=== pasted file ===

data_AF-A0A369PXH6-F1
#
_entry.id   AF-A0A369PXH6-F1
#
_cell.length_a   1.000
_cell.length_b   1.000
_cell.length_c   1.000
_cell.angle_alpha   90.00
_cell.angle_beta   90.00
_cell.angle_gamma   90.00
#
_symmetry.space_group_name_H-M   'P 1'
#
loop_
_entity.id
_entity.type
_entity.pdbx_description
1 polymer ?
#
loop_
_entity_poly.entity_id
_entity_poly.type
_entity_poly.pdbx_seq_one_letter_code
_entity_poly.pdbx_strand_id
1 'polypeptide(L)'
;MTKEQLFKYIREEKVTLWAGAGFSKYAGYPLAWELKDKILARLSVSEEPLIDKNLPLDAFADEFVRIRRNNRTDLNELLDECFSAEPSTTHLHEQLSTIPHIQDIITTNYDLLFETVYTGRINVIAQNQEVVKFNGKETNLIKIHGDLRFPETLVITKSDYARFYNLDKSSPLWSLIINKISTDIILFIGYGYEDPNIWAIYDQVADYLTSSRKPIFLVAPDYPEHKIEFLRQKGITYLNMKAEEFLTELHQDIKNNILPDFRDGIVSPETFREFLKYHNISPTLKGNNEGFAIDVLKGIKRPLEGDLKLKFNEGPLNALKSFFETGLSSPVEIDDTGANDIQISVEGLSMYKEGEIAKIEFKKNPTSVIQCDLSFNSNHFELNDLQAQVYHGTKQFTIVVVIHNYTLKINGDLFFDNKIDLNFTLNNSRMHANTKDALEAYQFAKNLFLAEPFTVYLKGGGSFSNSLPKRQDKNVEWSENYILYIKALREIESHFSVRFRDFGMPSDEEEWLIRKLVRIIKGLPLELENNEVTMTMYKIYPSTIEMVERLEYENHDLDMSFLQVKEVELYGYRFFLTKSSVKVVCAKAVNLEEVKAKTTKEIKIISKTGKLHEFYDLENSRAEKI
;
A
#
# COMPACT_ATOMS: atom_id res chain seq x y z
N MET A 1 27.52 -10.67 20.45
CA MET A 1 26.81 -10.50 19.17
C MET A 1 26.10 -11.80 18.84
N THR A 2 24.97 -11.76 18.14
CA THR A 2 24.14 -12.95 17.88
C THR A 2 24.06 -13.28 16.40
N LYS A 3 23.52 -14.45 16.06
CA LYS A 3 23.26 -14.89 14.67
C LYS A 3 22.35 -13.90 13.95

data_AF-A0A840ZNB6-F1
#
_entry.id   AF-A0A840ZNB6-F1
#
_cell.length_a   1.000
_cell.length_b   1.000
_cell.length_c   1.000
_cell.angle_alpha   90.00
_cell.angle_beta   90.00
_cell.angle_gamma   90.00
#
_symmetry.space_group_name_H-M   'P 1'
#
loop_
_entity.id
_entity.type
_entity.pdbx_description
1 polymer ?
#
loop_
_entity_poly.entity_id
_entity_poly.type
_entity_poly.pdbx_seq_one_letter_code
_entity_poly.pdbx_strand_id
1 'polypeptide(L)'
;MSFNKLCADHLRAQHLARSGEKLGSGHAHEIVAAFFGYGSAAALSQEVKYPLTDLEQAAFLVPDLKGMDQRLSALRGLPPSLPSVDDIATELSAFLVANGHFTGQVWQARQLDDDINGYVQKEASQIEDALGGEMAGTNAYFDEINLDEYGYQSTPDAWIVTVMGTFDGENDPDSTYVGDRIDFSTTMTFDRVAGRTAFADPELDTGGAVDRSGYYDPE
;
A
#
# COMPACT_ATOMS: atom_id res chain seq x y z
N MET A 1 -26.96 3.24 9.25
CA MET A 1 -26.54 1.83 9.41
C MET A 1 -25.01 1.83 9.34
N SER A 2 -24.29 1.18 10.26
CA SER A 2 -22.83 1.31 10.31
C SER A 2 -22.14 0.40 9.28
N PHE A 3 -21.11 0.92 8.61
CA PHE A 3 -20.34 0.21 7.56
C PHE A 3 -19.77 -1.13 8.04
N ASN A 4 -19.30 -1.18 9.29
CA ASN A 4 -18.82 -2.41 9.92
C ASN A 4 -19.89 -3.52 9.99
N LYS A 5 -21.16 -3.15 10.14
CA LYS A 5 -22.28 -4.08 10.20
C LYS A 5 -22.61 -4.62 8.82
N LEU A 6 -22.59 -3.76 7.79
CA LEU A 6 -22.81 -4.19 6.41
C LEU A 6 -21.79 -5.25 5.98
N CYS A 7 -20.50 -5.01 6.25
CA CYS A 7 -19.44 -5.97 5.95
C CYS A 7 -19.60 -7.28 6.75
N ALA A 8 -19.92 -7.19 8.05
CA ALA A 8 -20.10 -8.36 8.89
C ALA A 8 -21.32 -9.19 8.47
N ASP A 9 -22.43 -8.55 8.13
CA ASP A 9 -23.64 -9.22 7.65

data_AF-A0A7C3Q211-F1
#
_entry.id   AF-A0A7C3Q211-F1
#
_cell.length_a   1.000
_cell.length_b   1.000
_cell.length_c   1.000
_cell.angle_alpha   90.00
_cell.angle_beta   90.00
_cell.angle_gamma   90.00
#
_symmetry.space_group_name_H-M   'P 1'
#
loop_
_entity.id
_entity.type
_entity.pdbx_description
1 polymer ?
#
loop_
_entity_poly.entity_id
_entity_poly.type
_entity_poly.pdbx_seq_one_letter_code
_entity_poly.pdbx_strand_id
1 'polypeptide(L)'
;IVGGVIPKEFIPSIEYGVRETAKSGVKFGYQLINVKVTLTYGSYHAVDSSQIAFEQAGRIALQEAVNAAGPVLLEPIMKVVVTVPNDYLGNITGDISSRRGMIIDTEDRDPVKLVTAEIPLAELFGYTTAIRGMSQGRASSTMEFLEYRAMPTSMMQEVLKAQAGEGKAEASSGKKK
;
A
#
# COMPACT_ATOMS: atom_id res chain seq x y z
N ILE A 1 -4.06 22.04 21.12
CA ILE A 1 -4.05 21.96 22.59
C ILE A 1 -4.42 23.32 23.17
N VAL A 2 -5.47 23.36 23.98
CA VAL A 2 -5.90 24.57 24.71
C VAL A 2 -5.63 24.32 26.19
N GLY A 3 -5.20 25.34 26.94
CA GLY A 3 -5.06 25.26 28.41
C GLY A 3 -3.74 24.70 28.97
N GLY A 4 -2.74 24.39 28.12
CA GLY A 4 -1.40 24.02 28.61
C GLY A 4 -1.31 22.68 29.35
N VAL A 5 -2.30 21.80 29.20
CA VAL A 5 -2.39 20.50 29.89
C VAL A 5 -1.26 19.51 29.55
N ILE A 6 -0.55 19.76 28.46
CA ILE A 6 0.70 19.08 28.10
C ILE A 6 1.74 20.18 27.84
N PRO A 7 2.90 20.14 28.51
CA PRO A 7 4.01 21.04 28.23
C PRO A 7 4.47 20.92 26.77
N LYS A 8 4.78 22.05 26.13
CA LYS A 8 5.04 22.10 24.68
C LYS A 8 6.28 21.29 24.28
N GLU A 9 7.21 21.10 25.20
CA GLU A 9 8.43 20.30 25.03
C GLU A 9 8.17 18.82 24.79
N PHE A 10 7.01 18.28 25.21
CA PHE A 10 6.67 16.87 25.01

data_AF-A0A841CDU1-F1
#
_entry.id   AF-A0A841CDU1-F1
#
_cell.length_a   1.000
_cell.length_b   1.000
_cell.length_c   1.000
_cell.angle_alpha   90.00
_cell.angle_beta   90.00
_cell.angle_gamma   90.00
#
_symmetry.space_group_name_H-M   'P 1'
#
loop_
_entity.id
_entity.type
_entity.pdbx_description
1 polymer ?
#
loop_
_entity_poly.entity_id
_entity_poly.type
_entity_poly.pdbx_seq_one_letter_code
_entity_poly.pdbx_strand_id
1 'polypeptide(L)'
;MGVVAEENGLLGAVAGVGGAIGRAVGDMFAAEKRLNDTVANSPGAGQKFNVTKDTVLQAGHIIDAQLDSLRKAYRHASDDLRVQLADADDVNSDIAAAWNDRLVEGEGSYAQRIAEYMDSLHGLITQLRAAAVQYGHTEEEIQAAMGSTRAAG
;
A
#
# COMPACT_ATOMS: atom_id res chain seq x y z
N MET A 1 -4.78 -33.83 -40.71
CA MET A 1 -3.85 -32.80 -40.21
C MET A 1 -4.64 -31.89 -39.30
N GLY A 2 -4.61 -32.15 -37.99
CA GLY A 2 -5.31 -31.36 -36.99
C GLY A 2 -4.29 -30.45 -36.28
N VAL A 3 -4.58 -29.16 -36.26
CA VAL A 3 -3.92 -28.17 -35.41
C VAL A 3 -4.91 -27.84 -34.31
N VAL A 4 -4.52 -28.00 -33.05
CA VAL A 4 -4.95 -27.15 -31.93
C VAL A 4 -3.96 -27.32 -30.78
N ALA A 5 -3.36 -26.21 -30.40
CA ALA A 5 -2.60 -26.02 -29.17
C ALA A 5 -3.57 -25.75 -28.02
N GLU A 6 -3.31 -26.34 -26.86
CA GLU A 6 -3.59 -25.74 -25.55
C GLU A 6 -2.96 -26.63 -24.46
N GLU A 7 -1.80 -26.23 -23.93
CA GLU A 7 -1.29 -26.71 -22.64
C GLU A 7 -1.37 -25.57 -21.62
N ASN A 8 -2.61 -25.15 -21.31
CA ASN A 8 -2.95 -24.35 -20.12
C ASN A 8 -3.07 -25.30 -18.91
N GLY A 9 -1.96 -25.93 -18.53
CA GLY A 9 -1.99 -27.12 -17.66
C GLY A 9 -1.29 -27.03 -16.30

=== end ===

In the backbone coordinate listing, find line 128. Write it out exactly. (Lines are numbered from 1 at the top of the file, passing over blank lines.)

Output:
C ILE A 1 -4.42 23.32 23.17